Christian morality has been of enormous significance in world history and still underpins moral notions today. In this groundbreaking volume, J. Ian H. McDonald explores the notion of Christian ethics and discusses its roots, its significance in developing moral standards throughout the world and its stability in the modern world. The Crucible of Christian Morality begins with a study of the ethos of early Christian communities, examining the relation of cosmic vision to moral attitude (...)
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  17. Stephen R. L. Clark (2000). Biology and Christian Ethics. Cambridge University Press.score: 97.7
    This stimulating and wide-ranging book mounts a profound enquiry into some of the most pressing questions of our age, by examining the relationship between biological science and Christianity. The history of biological discovery is explored from the point of view of a leading philosopher and ethicist. What effect should modern biological theory and practice have on Christian understanding of ethics? How much of that theory and practice should Christians endorse? Can Christians, for example, agree that biological changes (...)
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  18. James P. Eckman (2008). Exploring Church History: A Guide to History, World Religions, and Ethics. Crossway Books.score: 95.0
    Christianity's roots, distinctiveness, and cultural implicationsare highlighted in this multi-dimensional resource, providing anintroductory understanding of the richness of the faith andchurch.
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  19. Hub Zwart (2000). A Short History of Food Ethics. Journal of Agricultural and Environmental Ethics 12 (2):113-126.score: 94.0
    Moral concern with food intake is as old asmorality itself. In the course of history, however,several ways of critically examining practices of foodproduction and food intake have been developed.Whereas ancient Greek food ethics concentrated on theproblem of temperance, and ancient Jewish ethics onthe distinction between legitimate and illicit foodproducts, early Christian morality simply refused toattach any moral significance to food intake. Yet,during the middle ages food became one of theprinciple objects of monastic programs for moralexercise (askesis). (...)
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  20. Eric Francis Osborn (1976). Ethical Patterns in Early Christian Thought. Cambridge University Press.score: 92.0
    In so-called Christian countries an increasing number of people openly reject Christian morality. It is a commonplace that they do this for values that can be shown to be Christian. How did this state of affairs come about? An examination of the beginning of Christian ethical thought shows that, within great personal variety, certain patterns or concepts remain constant. Righteousness, discipleship, faith and love are traced in this book from the New Testament through to Augustine. There (...)
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  21. Jeffrey Stout (1981). Book Review:History of Christian Ethics. Vol. 1: From the New Testament to Augustine. George Wolfgang Forell. [REVIEW] Ethics 91 (2):328-.score: 90.0
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  22. Van A. Harvey (2008). The Ethics of Belief and Two Conceptions of Christian Faith. International Journal for Philosophy of Religion 63 (1/3):39 - 54.score: 87.0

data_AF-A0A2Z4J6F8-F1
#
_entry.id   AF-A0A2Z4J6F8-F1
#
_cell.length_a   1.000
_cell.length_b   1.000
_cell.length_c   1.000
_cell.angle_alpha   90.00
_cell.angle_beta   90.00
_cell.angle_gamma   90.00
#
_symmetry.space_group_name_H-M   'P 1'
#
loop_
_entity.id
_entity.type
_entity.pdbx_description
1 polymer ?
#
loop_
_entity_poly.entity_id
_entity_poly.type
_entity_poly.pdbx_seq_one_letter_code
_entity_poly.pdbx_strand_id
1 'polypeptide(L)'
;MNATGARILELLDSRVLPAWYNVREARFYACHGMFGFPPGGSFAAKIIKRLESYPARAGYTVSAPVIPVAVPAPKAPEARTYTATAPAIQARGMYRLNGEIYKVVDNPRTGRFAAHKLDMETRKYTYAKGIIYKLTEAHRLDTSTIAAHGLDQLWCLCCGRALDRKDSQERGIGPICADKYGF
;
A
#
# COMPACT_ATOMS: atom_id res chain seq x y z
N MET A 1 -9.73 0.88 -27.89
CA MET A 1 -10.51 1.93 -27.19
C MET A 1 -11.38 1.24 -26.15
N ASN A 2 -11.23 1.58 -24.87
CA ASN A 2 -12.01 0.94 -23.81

This article deals with two types of Christian faith in the light of the challenges posed by the ethics of belief. It is proposed that the difficulties with Clifford's formulation of that ethic can best be handled if the ethic is interpreted in terms of role-specific intellectual integrity. But the ethic still poses issues for the traditional interpretation of Christian faith when it is conceived as a series of discrete but related propositions, especially historical propositions. For as (...)
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  23. Ilsup Ahn (2012). Between Mt. Moriah and Mt. Golgotha: How is Christian Ethics Possible? Journal of Religious Ethics 40 (4):629-652.score: 87.0
    In this paper, I explore a new way of understanding Christian ethics by critically interconnecting the theological meanings of the Aqedah ("binding") narrative of Mt. Moriah and the Passion story of Mt. Golgotha. Through an in-depth critical-theological investigation of the relation between these two biblical events, I argue that Christian ethics is possible not so much as a moralization or as a literalistic divine command theory, but rather as a "covenantal-existential" response to God's will in the (...)
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  24. D. W. Amundsen (forthcoming). Medical Ethics, History of Europe. I. Ancient and Medieval. C. Medieval Christian Europe. Encyclopedia of Bioethics.score: 87.0
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  25. Gregory Bock (2010). Michael Banner, Christian Ethics: A Brief History. Reviewed By. Philosophy in Review 30 (4):237-239.score: 87.0
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  26. S. J. Rueve (1941). Christian Ethics in History and Modern Life. The Modern Schoolman 18 (3):59-60.score: 87.0
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  27. Robin W. Lovin (2009). Becoming Responsible in Christian Ethics. Studies in Christian Ethics 22 (4):389-398.score: 85.0
    The works of H. Richard and Reinhold Niebuhr provide an appropriate starting point for renewed attention to the idea of responsibility in Christian ethics. While responsible choice and ‘the responsible society’ were important themes in ecumenical Protestant ethics in Britain and the US from the 1930s to the late 1950s, the idea has been neglected in recent decades. German theology, however, has considered Dietrich Bonhoeffer’s wartime writings on the ‘venture of responsibility’ and a biblical theology of judgment (...)
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  28. Stephen Platten (2013). Studying Christian Ethics: The Birth of the Society for the Study of Christian Ethics and the Context Out of Which It Grew. Studies in Christian Ethics 26 (2):205-223.score: 85.0